Analysis: Aziridine-N: found 3.86. calculated 4.0
313 parts of decanediol, 241 parts of trimethylolpropane, 561 parts of aziridinosuccinic acid dimethyl ester, 400 parts of octane and 10 parts of dimethyl-palm kernel fatty amine are heated in a nitrogen atmosphere, and stirred vigorously. The methanol-octane azeotrope distils off at 122° to 137° C. reaction temperature. 228 parts of methanol layer are obtained in the course of approx. 5 hours. The octane is then distilled off in vacuo. The aziridinosuccinic acid polyester is left in practically quantitative yield (950 parts).
Analysis: Aziridine-N: found 4.24. calculated 4.45.
360 parts of butanediol, 107 parts of trimethylolpropane, 748 parts of aziridinosuccinic acid dimethyl ester, 400 parts of octane and 12 parts of dimethyl-palm kernel fatty amine are heated together in a nitrogen atmosphere and stirred vigorously. The methanol formed by the trans-esterification reaction (totalling 315 parts) distils off in the course of approx. 3 1/2 hours at bottoms temperatures of 112° to 126° C. The octane is then distilled off in vacuo until the bottoms temperature reaches 70° C., thus leaving approx. 1,000 parts of the aziridinosuccinic acid polyester (which still contains small amounts of solvent) as a brown mass. It is advantageous to dissolve the product in a solvent (for example in methyl ethyl ketone).
Analysis: Aziridine-N: found approx. 5.0. calculated 5.82.
592 parts of decanediol, 98.5 parts of adipic acid dimethyl ester, 424 parts of aziridinosuccinic acid dimethyl ester, 500 parts of octane and 10 parts of dimethyl-palm kernel fatty amine are heated in a nitrogen atmosphere, and stirred. The methanol distils off azeotropically at 106° to 139° C. bottoms temperature. 173 parts of methanol layer are obtained in the course of approx. 8 hours. After distilling off the octane in vacuo, approx. 1,000 parts of the polyester remain; this product is soluble, at room temperature, in isopropanol, acetone, toluene, tetrahydrofuran, dioxane and ethyl acetate.
Analysis: Aziridine-N: found 3.2. calculated 3.4.
|Cited Patent||Filing date||Publication date||Applicant||Title|
|US2089127 *||Jul 29, 1936||Aug 3, 1937||Howards And Sons Ltd||Manufacture of glycerol monolactate|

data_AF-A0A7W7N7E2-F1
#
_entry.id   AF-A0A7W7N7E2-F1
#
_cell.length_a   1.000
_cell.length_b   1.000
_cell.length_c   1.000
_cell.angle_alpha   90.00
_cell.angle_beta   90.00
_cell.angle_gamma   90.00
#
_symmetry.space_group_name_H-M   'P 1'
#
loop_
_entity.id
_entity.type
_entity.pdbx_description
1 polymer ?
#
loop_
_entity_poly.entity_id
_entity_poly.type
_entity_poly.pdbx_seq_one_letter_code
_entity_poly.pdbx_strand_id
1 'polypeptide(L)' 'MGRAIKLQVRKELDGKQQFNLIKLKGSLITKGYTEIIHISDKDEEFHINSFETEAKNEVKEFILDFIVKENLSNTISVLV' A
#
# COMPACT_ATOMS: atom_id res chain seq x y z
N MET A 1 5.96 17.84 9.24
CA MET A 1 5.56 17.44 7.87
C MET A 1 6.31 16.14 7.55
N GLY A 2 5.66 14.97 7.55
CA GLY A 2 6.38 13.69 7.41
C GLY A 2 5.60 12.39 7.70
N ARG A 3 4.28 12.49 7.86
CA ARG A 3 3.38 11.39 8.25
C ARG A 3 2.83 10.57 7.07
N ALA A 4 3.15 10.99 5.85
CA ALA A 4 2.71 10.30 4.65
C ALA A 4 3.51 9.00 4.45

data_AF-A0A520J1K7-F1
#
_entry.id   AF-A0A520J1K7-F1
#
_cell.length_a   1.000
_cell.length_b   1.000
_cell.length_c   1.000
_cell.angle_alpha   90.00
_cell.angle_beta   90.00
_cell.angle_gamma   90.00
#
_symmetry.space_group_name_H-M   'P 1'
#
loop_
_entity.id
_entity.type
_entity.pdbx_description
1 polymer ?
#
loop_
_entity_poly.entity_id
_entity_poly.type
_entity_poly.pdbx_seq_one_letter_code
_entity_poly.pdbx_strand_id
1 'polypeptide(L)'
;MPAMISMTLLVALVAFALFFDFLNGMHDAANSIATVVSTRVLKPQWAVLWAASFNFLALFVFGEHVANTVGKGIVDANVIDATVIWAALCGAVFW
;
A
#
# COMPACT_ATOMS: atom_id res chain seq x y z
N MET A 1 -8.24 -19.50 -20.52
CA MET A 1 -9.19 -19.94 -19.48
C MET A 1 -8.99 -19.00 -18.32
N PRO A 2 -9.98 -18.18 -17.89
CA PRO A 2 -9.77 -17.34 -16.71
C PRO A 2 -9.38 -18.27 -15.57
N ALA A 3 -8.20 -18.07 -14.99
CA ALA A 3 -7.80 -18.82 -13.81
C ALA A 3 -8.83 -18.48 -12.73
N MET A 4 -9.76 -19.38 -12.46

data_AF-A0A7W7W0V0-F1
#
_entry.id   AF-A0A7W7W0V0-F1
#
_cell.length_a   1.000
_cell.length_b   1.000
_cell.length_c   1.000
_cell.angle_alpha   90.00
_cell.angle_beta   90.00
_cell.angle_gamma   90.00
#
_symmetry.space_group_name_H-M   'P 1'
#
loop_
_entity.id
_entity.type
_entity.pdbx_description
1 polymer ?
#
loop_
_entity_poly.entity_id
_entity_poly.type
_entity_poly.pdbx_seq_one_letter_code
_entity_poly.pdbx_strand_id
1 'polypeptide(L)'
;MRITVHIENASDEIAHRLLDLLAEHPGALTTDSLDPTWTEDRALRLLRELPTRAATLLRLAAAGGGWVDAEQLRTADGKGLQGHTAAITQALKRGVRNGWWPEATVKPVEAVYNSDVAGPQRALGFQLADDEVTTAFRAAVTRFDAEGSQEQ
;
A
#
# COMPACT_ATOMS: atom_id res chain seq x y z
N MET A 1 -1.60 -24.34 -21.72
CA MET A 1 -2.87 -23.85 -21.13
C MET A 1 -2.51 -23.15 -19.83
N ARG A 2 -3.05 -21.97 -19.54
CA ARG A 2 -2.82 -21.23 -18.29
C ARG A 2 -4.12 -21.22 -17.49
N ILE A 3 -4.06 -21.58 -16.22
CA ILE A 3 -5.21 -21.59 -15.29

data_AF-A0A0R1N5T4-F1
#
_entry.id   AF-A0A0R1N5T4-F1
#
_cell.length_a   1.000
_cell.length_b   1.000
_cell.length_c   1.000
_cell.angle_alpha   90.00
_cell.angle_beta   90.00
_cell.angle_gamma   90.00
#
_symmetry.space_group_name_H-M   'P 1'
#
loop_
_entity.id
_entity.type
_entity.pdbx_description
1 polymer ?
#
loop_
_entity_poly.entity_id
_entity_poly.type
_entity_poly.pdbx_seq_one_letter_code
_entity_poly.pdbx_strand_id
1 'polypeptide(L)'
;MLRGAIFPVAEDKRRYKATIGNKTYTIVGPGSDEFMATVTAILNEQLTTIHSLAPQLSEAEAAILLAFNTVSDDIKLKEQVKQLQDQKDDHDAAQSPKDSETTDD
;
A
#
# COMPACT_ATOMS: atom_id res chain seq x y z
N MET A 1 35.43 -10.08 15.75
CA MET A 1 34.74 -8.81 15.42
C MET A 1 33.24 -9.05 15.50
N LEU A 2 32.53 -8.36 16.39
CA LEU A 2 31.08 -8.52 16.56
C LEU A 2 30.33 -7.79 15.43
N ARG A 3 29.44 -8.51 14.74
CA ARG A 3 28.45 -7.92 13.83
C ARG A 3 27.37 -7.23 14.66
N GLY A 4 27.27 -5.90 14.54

|1||*||Eckert et al., cited in Theilheimer, vol. 21, No. 261 (1966).|
|2||*||Tsou et al., J. Medl. Chem. 6, 435-439 (1963).|
|Citing Patent||Filing date||Publication date||Applicant||Title|
|US4614613 *||Jul 9, 1984||Sep 30, 1986||Basf Aktiengesellschaft||Preparation of β-N-aziridinopropionates|
|US6667407||May 3, 2002||Dec 23, 2003||Bayer Polymers Llc||Process of making polyaziridines|
|US6927297||Oct 31, 2002||Aug 9, 2005||Bayer Materialscience Llc||Reduction of monomer content and stabilization of polyaziridines|
|US6974874||Oct 31, 2002||Dec 13, 2005||Bayer Materialscience Llc||Reduction of monomer content and stabilization of polyaziridines|
|US7182789 *||Nov 28, 2003||Feb 27, 2007||Basf Aktiengesellschaft||Stabilised compositions containing polyfunctional aziridine compounds as hardening constituents|
|US20030208033 *||May 3, 2002||Nov 6, 2003||Venham Lanny D.||Process of making polyaziridines|
|US20040087762 *||Oct 31, 2002||May 6, 2004||Venham Lanny D.||Reduction of monomer content and stabilization of polyaziridines|
|US20060010609 *||Nov 28, 2003||Jan 19, 2006||Basf Aktiengesellschaft||Stabilised compositions containing polyfunctional aziridine compounds as hardening constituents|
|CN100537533C||Nov 28, 2003||Sep 9, 2009||巴斯福股份公司||Stabilised compositions containing polyfunctional aziridine compounds as hardening constituents|
|WO2004050617A1||Nov 28, 2003||Jun 17, 2004||Basf Ag||Stabilised compositions containing polyfunctional aziridine compounds as hardening constituents|
|WO2011050152A2 *||Oct 21, 2010||Apr 28, 2011||The Johns Hopkins University||Site-specific modification of proteins|
|International Classification||C07D203/08, C07D203/10|